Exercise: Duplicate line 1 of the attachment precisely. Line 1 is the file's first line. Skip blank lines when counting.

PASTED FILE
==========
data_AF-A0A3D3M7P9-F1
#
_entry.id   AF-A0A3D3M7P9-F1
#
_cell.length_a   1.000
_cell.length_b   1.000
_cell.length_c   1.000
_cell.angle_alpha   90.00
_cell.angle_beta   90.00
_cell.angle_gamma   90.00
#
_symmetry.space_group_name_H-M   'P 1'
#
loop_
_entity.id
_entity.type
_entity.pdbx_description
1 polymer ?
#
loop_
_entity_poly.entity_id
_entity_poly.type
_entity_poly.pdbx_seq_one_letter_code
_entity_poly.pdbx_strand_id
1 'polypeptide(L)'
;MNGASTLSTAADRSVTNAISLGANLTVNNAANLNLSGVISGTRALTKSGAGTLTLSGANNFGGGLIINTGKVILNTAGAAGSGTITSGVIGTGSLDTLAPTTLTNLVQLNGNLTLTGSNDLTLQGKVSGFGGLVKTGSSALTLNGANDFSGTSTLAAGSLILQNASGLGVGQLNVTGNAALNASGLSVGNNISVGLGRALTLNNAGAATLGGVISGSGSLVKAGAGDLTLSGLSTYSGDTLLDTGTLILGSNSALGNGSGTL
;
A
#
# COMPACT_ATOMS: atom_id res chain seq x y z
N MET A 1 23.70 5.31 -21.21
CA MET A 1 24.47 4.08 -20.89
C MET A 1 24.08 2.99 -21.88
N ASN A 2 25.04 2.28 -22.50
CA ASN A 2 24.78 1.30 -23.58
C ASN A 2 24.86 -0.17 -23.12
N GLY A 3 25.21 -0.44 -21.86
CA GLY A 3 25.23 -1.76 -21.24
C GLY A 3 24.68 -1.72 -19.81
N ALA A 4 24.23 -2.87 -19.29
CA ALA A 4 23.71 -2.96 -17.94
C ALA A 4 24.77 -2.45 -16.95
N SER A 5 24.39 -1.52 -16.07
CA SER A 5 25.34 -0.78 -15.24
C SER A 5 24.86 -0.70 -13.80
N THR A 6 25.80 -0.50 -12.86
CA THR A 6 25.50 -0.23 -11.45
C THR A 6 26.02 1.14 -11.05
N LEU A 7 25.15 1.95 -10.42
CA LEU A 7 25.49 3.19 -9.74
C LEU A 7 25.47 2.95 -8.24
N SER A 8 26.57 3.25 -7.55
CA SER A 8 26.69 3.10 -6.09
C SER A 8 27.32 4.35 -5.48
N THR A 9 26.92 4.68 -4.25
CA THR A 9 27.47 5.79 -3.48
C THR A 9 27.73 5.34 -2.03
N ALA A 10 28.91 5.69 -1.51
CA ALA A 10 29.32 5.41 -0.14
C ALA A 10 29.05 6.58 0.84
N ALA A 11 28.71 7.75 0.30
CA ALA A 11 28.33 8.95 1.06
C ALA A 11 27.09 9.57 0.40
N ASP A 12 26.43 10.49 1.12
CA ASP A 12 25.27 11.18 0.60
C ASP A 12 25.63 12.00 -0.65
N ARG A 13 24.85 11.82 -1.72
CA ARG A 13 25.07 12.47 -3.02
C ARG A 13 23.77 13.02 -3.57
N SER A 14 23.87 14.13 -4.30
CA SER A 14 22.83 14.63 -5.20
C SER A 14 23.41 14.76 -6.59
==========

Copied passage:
data_AF-A0A3D3M7P9-F1